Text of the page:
I keep a box of tissues on the table where I tutor because,
as an SAT tutor and college application consultant, I listen to
high school juniors and seniors who are so overwhelmed
by college pressure that they begin to cry. Not just girls. Not
just Ivy League aspirants.
High school students are always convinced their parents
don't understand them. This time the students are right.
Parents don't understand because the college admission
process is so much more competitive than it was when
most parents applied to college.
These are the ten things I wish I could tell parents:
1. I am convinced that parents have to walk a mile in the
student's moccasins to gain some appreciation for the
stress the students are under and to reverse the tension at
home. If parents will take an SAT practice test they will feel
some of the same anxiety, cringe at their results, and
discover that the test is hard. Instead of piling 25 pounds of
SAT study books on the desk, parents can commiserate
with students over missed problems. Parents and students
can become allies rather than adversaries as they face the
college admission process.
2. Hire SAT prep tutors who focus on the applicable
academic material rather than just the tricks. Increasing a
student's academic preparation for the test in addition to
teaching the tricks increases their confidence on the test
and in the classroom; teaching only the tricks makes
students more insecure because they are relying on tricks
rather than on actual knowledge.
3. Have the tutors keep the parents informed about each
session so that the parent tracks progress with the tutor
rather than pestering the student for information.
4. Have the student try the ACT. All colleges accept it and
some students do better on it than on the SAT.
5. Make learning fun. For example, have the students
memorize vocabulary using the book Vocabulary Cartoons
by Sam Burchers, et al. Also, have the student do the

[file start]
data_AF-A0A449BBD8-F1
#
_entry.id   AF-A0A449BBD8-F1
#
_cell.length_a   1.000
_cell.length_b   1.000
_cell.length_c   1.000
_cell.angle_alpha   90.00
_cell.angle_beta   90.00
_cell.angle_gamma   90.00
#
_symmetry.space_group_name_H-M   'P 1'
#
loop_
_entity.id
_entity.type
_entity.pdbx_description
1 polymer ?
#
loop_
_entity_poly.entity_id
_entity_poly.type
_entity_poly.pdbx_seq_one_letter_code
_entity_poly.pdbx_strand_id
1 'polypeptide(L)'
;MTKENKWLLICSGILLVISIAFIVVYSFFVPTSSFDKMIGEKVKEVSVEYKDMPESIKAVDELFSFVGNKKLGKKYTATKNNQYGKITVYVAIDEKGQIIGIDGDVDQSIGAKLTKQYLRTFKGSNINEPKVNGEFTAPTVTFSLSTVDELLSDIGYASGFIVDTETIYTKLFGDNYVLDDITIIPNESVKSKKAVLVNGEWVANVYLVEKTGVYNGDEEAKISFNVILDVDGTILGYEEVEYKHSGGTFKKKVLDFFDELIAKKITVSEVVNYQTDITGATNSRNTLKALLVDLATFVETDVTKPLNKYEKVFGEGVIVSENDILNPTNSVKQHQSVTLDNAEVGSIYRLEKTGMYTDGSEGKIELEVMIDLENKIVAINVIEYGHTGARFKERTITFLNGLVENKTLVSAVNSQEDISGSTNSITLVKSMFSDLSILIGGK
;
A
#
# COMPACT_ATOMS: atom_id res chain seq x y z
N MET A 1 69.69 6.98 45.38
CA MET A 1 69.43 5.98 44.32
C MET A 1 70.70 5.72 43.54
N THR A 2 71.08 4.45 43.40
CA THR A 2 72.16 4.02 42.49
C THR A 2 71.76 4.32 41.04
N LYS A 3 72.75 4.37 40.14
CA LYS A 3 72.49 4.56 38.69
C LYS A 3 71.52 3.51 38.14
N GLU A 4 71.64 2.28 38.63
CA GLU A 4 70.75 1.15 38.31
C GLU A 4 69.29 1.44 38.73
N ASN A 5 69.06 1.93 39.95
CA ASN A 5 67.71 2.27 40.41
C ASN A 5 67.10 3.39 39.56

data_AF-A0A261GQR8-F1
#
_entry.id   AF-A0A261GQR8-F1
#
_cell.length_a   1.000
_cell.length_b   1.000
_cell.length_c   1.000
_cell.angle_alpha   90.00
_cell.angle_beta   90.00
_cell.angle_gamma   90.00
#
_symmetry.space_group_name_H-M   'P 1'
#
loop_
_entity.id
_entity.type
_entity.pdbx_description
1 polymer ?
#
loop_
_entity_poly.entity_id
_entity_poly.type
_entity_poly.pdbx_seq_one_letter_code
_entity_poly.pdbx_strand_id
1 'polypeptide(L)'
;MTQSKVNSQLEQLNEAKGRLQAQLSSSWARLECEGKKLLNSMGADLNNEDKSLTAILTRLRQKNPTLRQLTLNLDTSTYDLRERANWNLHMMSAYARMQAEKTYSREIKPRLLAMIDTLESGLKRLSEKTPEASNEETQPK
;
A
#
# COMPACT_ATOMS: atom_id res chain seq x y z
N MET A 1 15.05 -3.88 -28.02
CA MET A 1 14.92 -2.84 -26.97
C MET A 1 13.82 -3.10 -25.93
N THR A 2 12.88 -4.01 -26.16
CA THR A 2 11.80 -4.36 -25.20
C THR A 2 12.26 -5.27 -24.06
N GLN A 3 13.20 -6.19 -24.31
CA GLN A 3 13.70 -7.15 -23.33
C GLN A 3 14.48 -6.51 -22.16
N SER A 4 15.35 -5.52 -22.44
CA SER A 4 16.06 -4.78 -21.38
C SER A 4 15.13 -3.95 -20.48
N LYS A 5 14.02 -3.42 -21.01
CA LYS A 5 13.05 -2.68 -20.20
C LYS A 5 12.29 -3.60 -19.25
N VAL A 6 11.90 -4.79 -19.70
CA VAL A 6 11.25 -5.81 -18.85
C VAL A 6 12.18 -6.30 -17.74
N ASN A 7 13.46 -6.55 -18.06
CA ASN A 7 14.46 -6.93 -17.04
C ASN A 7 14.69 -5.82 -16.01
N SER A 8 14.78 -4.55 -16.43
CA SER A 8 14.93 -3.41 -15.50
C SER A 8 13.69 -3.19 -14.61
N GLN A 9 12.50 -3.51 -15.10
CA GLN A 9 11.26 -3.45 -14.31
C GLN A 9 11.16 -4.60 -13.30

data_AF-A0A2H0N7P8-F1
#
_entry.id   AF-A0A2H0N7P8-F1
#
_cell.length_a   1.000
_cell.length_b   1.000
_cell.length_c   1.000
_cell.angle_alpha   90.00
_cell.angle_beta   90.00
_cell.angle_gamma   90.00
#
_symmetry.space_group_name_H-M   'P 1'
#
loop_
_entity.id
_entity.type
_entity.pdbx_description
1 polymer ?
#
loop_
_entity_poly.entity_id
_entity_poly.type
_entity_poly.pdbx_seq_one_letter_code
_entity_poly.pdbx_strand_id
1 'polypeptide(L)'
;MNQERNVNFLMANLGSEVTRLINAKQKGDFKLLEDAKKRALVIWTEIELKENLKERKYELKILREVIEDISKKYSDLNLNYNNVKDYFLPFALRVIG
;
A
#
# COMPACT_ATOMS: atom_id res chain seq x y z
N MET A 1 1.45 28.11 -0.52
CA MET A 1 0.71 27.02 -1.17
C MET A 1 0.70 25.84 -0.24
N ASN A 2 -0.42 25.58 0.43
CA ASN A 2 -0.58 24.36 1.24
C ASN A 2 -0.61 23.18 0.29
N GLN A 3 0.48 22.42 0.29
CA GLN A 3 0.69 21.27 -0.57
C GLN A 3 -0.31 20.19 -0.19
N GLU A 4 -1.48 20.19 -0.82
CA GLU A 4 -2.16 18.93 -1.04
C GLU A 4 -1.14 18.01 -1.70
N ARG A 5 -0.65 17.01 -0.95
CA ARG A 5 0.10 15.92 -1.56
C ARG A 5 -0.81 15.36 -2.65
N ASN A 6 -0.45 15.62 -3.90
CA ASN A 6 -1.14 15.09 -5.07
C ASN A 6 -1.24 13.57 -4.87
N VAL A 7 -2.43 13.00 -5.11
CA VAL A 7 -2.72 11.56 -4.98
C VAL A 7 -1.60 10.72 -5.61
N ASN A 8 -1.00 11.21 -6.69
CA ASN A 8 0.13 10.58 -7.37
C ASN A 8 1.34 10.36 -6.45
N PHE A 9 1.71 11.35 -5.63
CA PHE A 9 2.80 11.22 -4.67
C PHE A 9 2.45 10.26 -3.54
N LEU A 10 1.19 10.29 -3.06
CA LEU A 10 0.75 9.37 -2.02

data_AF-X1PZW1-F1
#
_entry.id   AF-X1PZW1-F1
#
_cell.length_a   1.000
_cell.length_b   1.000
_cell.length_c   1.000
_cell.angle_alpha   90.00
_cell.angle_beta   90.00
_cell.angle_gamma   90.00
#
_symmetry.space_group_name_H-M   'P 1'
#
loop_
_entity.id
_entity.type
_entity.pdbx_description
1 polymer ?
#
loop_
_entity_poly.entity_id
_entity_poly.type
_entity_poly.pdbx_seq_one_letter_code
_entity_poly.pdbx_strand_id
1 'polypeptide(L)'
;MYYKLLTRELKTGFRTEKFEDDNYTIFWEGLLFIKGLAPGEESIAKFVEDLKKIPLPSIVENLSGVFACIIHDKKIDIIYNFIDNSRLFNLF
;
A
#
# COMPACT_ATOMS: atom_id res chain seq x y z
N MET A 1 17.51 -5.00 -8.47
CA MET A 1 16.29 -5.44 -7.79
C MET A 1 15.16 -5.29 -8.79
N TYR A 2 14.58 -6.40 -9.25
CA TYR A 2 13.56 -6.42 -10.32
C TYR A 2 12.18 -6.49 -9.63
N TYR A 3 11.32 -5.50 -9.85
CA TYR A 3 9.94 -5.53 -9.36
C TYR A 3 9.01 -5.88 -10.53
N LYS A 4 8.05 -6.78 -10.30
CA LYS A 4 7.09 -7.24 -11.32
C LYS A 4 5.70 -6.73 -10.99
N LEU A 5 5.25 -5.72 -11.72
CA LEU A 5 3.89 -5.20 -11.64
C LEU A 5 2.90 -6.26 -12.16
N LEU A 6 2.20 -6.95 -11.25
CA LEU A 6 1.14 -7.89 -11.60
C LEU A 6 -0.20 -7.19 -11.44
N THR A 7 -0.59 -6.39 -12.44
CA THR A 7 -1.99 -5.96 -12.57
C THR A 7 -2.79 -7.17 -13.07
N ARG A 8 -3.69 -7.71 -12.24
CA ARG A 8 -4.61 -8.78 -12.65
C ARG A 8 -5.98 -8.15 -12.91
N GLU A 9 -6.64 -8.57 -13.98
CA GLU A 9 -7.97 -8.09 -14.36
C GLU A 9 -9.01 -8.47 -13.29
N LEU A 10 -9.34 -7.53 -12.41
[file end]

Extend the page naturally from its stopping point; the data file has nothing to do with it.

crossword and other word puzzles in SAT Vocabulary
Express, the fun book of word puzzles that will increase SAT
scores. I wrote it with Michael Ashley, a nationally known
puzzler, so that our students would learn to play with words,
an important skill for the new SAT.
6. Emphasize getting good grades rather than good SAT
scores. Bs in honors classes are better than As in regular
7. Hire an independent college counselor who will work
with the family to create a realistic college list, brainstorm for
essay topics, establish deadlines for the student, and check
all college applications. High school college counselors
are overworked and do not have the time to walk families
through the process.
8. Realize that the schools parents attended may not be
within reach for their child. The number of high school
students planning to attend college has increased
dramatically; the student may be well qualified for a
particular college and may still not get in.
9. Look for colleges where the student will thrive
academically and socially. Choosing colleges based on
their name recognition and prestige value is a formula that
will increase stress, not decrease it. Everyone else wants
to go to those schools, too, making them even harder to get
into; they are not necessarily the best place for the student.
Loren Pope's book, Colleges That Change Lives, is a good
place to start.
10. Support your child through a difficult process. Leave the
prodding, nagging, and yelling to the tutors and college
counselor. The independent college counselor will tell the
student to work harder so the parent doesn't have to. Why
ruin the student's last year at home?
Parents can make decisions so that senior year is not be so
fraught with anxiety that family members begin to avoid each
other. And, I hate it when my students cry.
Author, SAT Vocabulary Express (McGraw Hill, 10/04)
Partner, Ivy Educational Services, Scotch Plains, New Jersey